Niobium thin film studies

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Niobium thin film cavity deposition for a 500MHz copper cavity

G. Wu, H. L. Phillips, H. Wang, A-M. Valente


A thin film cavity deposition system by ECR plasma inside an elliptical cavity is presented. The system uses the substrate copper cavity as the vacuum chamber. The ECR plasma will be created to produce direct niobium ion deposition. Central grid cylinder is biased to realize the energy controlled vacuum deposition. This report describes the design of several subcomponents including the vacuum chamber, RF feeding, biasing grid and magnet coils. Operation parameters are compared between the sample deposition system and this cavity deposition system, it is concluded that the plasma ignition in cavity deposition system is feasible.


Niobium thin film cavity deposition for a 500MHz copper cavity

G. Wu, H. L. Phillips, H. Wang, A-M. Valente

1. The vacuum chamber
The 500 MHz copper cavity is part of the vacuum system. A mechanic roughing pump and a CTI cryo-8 cryopump provides vacuum pumping. Based on the past experience on E-gun operation, a getter pump will be added to the system to pump the hydrogen residual gas.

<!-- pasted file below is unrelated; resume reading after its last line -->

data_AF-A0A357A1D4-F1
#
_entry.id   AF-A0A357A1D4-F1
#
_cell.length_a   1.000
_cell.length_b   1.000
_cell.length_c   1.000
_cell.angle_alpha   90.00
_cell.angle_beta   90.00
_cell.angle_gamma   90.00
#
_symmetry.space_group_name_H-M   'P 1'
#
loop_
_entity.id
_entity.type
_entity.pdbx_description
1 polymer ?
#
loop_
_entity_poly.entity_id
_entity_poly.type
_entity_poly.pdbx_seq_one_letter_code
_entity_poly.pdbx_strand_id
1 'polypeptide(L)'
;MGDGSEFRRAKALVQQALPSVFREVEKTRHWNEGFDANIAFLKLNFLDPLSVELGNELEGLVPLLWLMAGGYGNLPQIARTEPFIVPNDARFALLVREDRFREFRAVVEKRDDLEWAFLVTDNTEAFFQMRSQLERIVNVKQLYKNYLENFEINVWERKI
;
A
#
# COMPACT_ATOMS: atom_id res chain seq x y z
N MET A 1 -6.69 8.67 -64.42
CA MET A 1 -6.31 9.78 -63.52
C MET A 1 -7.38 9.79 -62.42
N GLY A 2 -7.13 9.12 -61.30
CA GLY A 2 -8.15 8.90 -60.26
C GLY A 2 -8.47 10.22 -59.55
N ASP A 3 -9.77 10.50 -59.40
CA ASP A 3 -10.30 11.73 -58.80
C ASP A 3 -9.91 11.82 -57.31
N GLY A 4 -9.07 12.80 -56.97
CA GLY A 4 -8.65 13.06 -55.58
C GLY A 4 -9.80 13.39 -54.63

Figure 1 is the illustration of the 500MHz cavity vacuum system. The copper cavity from Cornell University has a 13.25-in conflat flange build in at the end of the beam pipe. A box shaped vacuum chamber serves as the main housing of the 15-kW Rod-Fed e-gun. A customized vacuum Tee forms the main unit of the head assembly on top of the 500MHz copper cavity. All the feedthroughs will be incorporated in the head assembly shown in Figure 2. One getter pump will be attached through the head assembly. If necessary, a second getter pump will be connected through the side port, which will be very close to the E-gun main unit. The cavity, head assembly and one pancake coil (described later) will be put together inside clean room prior to the final assembly on top of the e-gun chamber.

Fig. 1 Cavity vacuum for ECR plasma

Fig. 2 Head assembly for various feedthroughs

2. RF system and the grid circular waveguide
The RF system is the same as the RF system used in sample deposition system with a 30-in long circular waveguide. RF travels in the circular grid in TE11 mode. The waveguide is also a grid floated against the base system.
Figure 3 is the brief diagram of the RF circuit.

Fig. 3 ECR-RF diagram

Same dimension RF window is adopted to the 10-inch conflat flange.